B2: "Concepts and Word Meanings: Representational and Processing Issues" (Berry Claus)

Tue 9.15-10.45, Wed 11.15-12.45, Thu 14.15-15.45, Fri 16.15-17.45

Room: 0.01




Hearing or reading a word such as chocolate will trigger various associations, some of which can be stated on a more abstract level (e.g. edible, sweet) whereas others relate to sensorimotor experiences (e.g. specific smell and taste, biting and breaking) or to affective states. To put it more generally, incoming words activate lexicosemantic and conceptual knowledge. This course will focus on the processing and representation of word meanings and concepts. Its aim is to provide an overview of the field by taking both a linguistic and psychological perspective into consideration. Theoretical approaches to semantic and conceptual knowledge are diverse and differ in their starting points and main foci. They range, for example, from classical feature theories that restrict concepts to defining features to prototype theories that place emphasis on the vagueness of concepts, and to knowledge approaches that stress the role of general knowledge and reasoning processes in conceptual processing. Other theoretical approaches include the exemplar view according to which a concept is the set of all remembered individual concept exemplars, as well as connectionist models which assume a distributed representation of conceptual knowledge via microfeatures. A more recent framework is the experiential simulation view which is related to both connectionist models and the exemplar view; it assumes that concepts are grounded in direct experience and proposes that a concept is an integration of distributed representations in modality-specific mental subsystems. In the course, we will review these frameworks, assess their empirical validity and theoretical soundness, and discuss their mutual (in)compatibility. Besides, we will address specific (and partially theory-neutral) topics such as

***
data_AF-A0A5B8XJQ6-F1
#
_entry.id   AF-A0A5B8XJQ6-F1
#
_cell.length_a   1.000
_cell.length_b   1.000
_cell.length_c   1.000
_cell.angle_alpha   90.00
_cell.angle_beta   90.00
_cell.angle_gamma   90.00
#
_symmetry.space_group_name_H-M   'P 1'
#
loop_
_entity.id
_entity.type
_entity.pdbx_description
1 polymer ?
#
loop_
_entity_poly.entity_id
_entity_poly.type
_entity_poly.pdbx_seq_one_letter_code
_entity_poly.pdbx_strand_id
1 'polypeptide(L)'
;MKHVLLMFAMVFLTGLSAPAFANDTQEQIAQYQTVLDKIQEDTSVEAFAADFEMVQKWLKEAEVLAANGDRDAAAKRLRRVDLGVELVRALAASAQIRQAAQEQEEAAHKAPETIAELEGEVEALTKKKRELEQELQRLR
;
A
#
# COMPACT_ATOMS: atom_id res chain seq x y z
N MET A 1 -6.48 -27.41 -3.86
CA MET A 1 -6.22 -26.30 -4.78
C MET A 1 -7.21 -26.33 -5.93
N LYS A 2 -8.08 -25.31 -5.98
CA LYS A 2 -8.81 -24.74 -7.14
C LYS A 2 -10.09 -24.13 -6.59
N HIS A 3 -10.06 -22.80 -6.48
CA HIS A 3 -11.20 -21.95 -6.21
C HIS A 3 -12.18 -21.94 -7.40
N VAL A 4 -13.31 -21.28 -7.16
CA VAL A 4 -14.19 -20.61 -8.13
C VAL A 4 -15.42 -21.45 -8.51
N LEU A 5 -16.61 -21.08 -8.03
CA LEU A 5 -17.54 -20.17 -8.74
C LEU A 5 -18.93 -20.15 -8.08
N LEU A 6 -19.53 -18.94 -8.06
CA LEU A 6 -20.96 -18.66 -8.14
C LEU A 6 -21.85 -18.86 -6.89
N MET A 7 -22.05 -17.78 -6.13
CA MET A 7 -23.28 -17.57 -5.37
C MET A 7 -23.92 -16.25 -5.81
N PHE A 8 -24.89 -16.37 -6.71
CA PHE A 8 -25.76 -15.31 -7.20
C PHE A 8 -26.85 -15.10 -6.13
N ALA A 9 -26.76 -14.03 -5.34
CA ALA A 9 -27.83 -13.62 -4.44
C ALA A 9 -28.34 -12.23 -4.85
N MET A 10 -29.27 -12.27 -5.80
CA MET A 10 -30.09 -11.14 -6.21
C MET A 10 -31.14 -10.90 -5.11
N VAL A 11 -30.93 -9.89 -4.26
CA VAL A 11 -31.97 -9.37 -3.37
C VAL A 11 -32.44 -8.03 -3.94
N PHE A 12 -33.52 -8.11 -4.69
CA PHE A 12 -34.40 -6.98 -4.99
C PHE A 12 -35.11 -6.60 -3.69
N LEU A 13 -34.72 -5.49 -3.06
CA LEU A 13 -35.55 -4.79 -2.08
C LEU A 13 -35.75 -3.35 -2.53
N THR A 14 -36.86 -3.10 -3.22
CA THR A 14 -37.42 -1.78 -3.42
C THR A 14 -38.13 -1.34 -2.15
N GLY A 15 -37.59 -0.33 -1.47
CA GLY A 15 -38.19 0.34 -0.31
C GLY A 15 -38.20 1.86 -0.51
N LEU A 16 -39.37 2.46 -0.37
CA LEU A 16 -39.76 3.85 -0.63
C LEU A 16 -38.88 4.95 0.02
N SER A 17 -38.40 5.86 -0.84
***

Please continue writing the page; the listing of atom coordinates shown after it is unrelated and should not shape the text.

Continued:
• conceptual taxonomies/basic level
  • conceptual combination and compositionality
  • distinction between abstract and concrete concepts
  • permanent vs. temporary conceptual representations

Moreover, we will look into issues of debate such as

  • Are concepts equivalent to word meanings or are they distinct?
  • Does language shape conceptual processing?
  • What is the role of statistical language patterns in conceptual and semantic processing?
  • What is the role of experiential simulations in conceptual and semantic processing?


Lecturer: Berry Claus, HU Berlin